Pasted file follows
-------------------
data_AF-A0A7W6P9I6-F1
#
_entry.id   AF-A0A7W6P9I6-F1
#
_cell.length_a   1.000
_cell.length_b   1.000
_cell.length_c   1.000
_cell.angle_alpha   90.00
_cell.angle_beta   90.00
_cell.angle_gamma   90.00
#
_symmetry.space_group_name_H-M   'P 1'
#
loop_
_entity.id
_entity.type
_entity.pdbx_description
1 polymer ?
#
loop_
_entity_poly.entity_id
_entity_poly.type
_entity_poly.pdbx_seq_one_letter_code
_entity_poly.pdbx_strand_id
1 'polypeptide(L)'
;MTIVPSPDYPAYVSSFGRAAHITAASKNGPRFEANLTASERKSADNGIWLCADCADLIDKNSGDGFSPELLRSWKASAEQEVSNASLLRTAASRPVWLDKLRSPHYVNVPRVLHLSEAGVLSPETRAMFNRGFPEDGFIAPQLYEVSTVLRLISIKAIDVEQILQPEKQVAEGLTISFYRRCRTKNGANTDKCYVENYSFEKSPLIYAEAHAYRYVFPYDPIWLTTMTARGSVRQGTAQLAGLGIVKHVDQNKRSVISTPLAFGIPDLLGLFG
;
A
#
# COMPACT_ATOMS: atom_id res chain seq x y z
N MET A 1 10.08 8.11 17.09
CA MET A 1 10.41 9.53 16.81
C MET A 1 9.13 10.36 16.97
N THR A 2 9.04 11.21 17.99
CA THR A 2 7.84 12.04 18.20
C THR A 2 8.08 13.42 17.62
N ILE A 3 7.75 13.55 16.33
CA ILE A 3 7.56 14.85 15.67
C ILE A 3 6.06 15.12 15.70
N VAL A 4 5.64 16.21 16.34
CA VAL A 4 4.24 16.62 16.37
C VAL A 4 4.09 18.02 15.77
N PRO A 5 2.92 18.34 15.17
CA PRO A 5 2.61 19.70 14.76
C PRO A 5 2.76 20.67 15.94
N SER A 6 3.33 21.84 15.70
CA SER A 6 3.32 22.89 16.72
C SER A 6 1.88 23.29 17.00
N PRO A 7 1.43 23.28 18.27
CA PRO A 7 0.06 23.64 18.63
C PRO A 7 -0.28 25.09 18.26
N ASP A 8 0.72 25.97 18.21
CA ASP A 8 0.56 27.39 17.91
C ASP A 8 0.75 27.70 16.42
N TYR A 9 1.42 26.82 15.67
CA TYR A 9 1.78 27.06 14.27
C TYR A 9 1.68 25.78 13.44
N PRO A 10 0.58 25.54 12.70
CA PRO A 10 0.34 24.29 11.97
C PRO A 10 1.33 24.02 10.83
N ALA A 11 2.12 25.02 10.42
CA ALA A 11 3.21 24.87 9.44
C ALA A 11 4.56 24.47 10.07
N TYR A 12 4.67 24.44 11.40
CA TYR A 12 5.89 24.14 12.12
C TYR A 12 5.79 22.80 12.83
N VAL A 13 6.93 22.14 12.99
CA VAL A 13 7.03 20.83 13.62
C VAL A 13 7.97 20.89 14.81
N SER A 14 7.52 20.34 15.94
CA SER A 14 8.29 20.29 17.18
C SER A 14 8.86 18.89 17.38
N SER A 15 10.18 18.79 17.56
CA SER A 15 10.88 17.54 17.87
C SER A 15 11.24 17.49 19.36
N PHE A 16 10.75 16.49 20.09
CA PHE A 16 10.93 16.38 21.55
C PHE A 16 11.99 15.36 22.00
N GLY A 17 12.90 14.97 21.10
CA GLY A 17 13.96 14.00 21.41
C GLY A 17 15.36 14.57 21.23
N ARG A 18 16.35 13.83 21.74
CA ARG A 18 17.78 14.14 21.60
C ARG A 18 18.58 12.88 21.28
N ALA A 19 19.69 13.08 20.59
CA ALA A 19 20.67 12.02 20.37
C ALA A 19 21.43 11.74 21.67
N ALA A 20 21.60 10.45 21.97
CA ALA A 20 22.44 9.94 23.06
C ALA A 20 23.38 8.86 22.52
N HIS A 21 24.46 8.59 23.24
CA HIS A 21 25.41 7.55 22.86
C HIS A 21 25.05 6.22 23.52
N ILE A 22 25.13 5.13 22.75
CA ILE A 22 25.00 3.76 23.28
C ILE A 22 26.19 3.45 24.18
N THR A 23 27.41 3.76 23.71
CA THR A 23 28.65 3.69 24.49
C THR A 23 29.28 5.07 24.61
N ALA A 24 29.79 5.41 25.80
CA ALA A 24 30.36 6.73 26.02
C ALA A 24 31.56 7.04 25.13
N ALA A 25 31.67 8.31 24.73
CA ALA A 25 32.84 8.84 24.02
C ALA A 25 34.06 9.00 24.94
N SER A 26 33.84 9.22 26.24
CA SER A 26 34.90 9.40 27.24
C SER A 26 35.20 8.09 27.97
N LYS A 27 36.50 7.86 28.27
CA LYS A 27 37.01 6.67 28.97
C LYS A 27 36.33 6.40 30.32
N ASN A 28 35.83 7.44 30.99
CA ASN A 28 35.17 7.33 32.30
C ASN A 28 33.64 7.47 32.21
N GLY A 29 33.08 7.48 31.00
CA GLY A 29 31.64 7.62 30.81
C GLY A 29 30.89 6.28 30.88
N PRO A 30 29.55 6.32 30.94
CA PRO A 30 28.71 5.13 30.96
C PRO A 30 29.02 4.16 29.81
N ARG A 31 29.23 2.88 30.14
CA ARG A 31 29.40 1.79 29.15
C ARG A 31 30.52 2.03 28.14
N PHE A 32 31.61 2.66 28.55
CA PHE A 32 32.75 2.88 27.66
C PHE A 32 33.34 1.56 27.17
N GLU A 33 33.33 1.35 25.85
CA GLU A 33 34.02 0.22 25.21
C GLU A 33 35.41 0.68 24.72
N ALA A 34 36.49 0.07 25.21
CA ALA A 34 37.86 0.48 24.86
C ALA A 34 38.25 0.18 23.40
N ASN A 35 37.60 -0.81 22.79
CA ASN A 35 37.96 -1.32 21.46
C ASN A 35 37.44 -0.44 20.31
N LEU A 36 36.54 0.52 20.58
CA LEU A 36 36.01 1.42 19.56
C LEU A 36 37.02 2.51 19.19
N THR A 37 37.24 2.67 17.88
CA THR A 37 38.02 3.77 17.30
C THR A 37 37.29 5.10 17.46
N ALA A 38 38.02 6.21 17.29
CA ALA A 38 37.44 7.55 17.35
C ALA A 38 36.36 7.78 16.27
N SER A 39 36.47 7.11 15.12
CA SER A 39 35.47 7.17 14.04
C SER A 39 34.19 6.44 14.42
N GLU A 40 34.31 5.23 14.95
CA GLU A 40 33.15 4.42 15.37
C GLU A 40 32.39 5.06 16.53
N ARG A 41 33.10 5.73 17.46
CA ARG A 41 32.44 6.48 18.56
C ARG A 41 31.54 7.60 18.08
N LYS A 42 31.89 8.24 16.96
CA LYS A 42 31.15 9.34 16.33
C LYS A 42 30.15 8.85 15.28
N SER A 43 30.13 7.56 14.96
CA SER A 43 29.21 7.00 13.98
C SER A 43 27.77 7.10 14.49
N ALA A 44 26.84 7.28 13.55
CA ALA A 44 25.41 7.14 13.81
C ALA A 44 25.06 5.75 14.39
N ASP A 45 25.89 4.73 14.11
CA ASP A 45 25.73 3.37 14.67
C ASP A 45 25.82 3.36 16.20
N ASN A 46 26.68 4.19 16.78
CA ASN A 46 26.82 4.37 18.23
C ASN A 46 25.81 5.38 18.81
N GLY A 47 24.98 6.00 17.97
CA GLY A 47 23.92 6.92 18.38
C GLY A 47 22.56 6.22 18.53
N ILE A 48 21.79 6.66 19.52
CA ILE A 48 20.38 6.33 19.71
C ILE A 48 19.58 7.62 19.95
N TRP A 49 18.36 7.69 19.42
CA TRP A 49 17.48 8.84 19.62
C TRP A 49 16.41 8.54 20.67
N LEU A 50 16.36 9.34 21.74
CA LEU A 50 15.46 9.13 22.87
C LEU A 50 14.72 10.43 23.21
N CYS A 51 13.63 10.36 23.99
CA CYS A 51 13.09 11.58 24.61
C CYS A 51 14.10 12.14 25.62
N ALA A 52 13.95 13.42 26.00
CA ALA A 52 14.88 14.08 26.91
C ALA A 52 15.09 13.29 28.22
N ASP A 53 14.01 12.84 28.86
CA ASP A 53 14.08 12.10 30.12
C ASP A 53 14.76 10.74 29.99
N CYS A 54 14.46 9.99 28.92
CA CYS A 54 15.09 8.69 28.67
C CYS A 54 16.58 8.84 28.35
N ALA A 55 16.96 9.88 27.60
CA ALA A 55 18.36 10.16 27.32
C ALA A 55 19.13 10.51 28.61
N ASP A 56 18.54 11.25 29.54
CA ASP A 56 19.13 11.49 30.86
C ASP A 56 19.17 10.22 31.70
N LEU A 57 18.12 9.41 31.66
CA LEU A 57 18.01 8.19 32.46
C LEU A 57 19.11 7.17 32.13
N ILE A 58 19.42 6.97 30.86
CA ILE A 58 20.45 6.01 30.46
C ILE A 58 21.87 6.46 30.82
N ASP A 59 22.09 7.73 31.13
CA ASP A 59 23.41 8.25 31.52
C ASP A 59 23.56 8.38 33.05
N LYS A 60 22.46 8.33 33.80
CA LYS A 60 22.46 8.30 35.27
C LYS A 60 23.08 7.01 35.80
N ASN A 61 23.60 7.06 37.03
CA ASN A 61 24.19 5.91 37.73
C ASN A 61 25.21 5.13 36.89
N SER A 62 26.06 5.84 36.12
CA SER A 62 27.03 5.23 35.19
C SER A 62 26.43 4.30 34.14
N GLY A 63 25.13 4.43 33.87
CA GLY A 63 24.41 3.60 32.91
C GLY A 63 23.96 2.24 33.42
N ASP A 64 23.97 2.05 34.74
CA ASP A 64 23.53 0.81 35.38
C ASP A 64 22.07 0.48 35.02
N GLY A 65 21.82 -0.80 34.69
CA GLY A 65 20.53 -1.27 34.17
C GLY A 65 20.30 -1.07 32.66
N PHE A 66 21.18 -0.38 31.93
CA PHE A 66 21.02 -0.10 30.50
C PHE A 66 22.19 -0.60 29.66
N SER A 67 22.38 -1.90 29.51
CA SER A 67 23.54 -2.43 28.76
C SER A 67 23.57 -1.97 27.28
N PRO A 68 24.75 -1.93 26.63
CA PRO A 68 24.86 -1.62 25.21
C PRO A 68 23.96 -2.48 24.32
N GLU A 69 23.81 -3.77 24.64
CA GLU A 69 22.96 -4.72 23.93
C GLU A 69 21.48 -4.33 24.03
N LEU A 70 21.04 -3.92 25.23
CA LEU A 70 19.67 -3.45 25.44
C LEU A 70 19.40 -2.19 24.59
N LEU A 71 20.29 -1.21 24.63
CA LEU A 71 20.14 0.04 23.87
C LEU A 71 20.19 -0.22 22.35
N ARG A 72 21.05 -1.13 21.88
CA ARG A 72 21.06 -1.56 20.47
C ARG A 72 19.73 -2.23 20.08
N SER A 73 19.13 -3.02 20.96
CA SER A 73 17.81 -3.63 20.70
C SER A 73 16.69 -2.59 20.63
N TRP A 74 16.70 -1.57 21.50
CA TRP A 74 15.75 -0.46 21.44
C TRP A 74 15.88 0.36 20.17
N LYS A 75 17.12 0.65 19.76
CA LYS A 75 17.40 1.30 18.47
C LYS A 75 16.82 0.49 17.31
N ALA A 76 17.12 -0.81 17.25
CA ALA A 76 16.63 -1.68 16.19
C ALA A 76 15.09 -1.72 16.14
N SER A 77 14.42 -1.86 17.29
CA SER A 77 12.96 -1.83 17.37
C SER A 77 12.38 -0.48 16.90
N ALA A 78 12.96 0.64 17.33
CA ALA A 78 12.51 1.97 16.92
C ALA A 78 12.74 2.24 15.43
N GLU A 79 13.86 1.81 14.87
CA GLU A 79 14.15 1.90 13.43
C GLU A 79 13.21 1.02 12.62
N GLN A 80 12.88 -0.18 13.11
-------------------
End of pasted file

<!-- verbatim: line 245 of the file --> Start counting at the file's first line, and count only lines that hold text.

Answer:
CA ARG A 72 21.06 -1.56 20.47